The Seaport Museum is transforming this traditional practice into a new space with a modern twist. The “Corner of Curiosities” will showcase rare and small scale objects in the collection, out of the traditional cramped cabinet space and into a well lit and organized display. These items have rarely been displayed for the public, and contain mostly artificialia curios, interwoven with the occasional scientifica instruments.
With that said I would like to introduce a few of my favorite objects that I’ve worked with!
Ivory Diptych Compass and Sundial (1625)
This ivory compass and sundial is easily among one of the most beautiful items in the Museum’s collections. Nestled deep in storage, this small folding diptych tells the story of how we told time and circumnavigated the globe before the use of modern cartography and clocks.
Hans Tröschel the Younger (German, probably born 1599, died before 1634) was a compass maker from Nürnberg Germany whose specialty was in making portable navigation and timekeeping devices, usually from wood or ivory, in the late 16th and early 17th century. We know that this object can be attributed to Hans Tröschel the Younger because the diptych is marked with his authorship mark, a six pointed star. Additionally, the piece is dated 1625, when Tröschel the Younger’s predecessor Hans Tröschel II, who’s maker’s mark depicts a bird on a twig, already passed away.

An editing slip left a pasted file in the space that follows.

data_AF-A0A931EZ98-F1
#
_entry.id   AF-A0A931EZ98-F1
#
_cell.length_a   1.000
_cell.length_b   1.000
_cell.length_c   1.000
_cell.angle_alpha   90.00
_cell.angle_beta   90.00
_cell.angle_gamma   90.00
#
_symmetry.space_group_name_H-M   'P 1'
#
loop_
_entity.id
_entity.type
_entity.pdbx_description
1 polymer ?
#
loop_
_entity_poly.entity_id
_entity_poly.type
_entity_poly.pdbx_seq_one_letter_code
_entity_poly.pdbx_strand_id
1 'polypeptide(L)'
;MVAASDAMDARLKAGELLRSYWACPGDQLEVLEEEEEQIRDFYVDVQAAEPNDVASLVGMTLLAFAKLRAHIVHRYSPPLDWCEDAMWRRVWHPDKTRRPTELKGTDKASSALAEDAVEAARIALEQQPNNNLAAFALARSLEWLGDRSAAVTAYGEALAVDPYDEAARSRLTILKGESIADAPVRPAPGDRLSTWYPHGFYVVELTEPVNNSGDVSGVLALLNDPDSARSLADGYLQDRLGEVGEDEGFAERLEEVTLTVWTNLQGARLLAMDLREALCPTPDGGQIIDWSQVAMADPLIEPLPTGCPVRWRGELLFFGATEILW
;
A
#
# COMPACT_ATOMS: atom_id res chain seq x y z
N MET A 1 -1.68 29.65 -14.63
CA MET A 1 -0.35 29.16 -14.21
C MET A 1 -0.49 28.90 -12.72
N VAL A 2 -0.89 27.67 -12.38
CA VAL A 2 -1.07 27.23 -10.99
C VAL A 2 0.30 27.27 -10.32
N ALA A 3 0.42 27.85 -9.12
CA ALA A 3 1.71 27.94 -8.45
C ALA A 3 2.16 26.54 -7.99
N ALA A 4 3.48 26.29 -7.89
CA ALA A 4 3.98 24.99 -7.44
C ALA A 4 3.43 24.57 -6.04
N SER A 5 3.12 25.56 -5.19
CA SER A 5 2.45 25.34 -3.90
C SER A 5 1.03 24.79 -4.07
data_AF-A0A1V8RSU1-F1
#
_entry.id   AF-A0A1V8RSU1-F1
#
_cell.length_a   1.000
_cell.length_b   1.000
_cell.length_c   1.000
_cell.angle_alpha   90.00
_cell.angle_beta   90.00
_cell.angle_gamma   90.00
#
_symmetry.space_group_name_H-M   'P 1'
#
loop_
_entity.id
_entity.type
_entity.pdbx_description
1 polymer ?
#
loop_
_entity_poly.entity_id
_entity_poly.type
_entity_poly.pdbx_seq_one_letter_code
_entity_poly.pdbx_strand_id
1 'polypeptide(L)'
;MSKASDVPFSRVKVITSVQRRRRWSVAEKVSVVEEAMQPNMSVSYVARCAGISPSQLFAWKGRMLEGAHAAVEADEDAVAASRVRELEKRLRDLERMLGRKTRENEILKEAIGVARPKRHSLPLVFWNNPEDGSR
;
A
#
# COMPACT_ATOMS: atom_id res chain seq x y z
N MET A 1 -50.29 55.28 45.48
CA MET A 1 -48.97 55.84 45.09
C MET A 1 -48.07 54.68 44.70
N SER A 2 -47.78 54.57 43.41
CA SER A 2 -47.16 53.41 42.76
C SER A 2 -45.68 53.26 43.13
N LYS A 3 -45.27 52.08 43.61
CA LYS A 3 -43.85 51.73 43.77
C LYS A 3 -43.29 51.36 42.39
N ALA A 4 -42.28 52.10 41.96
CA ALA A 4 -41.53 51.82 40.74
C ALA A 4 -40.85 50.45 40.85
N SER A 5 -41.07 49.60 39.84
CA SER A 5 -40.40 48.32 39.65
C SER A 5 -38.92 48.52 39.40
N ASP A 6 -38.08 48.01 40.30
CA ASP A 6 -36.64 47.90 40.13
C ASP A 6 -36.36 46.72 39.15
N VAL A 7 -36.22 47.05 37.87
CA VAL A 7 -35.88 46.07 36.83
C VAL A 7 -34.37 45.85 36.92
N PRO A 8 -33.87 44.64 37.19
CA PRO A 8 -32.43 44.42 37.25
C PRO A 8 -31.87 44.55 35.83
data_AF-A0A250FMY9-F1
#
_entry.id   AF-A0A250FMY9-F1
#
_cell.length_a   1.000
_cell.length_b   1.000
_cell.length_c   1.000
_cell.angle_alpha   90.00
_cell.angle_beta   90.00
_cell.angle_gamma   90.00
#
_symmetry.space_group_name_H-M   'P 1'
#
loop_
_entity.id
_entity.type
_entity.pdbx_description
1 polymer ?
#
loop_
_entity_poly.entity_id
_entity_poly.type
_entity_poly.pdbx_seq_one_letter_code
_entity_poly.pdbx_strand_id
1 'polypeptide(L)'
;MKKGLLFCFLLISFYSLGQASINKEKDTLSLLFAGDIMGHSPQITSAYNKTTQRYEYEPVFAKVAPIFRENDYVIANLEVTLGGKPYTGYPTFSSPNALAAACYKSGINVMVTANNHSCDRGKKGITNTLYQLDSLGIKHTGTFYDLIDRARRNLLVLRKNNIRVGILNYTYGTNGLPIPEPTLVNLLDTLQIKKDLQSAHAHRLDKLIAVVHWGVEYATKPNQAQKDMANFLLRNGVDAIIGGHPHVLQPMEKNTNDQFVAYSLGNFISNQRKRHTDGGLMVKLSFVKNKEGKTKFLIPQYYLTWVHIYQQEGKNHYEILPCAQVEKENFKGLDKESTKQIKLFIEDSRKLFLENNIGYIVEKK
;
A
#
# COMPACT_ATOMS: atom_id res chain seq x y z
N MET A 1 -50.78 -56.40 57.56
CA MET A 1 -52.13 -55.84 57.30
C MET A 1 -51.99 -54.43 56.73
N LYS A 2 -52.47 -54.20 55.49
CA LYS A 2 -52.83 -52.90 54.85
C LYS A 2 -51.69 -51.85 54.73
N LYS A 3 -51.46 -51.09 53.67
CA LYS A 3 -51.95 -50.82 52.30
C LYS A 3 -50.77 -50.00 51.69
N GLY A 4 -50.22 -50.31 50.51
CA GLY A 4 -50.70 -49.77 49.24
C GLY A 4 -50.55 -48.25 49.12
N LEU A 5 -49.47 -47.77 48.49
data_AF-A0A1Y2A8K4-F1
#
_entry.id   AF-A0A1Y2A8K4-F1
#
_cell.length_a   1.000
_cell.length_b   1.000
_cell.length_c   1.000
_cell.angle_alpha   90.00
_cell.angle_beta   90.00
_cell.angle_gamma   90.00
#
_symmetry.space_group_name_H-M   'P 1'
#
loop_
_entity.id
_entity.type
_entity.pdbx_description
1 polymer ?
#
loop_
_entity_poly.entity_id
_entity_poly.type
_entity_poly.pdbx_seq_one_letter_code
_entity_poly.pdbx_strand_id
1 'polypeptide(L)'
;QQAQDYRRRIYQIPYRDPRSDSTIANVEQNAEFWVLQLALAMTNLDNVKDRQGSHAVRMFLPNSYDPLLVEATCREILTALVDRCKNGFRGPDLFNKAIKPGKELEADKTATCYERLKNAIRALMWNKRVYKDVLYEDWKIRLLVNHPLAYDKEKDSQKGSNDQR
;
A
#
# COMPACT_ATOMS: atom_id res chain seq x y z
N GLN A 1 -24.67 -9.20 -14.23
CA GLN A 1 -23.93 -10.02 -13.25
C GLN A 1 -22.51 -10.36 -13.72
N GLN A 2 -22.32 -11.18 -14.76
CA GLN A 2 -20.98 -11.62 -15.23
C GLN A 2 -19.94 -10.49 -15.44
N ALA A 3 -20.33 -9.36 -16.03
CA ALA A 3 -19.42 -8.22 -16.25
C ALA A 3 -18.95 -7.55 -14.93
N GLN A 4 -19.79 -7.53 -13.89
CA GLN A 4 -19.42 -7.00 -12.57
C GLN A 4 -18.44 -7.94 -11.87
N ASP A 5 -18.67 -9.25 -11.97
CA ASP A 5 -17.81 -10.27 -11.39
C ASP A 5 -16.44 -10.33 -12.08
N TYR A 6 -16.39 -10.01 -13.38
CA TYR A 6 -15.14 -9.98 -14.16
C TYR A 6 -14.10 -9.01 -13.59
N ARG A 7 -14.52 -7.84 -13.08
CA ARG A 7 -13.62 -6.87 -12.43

This compass and sundial has many elements that made it truly advanced for its time. It comes complete with a magnetic compass, a hand dial compass chart listing eight cities with their general N,S,E,W cardinal directions and latitudes on the top lid.
A string gnomon sundial with two dials to give the most accurate time reading, an equinoctial hour chart, and a winter solstice chart with zodiac symbols to indicate the seasons sits inside the interior panels. A lunar volvelle (for interconverting solar and lunar times), and lists of great cities and their latitudes adorn the bottom lid, as well as various other measuring and calculation tools.
Latin inscriptions engraved on the panels announce: “Perge/ Secvrvs/ Monstro/ Viam”, “Qvantitas Diet/ Planetarvm Horas/ Hora Fvit Mors Venit/ Horologium Aeqvinotiale”, “Horae Ab Meridie/ Solsticivm Hiemale/ Solsticivm Estavvm/ Horae Ab Ortv Et Occasv”, and “Dies Aeta/ Tis Lvne/ Et Horae/ Noctis”.
While some of these have unclear translations, certain ones aided me in discovering what was being depicted on the clock, for example “Horologium Aeqvinotiale” translates to equinoctial clock and “Solsticivm Hiemale” means Winter solstice.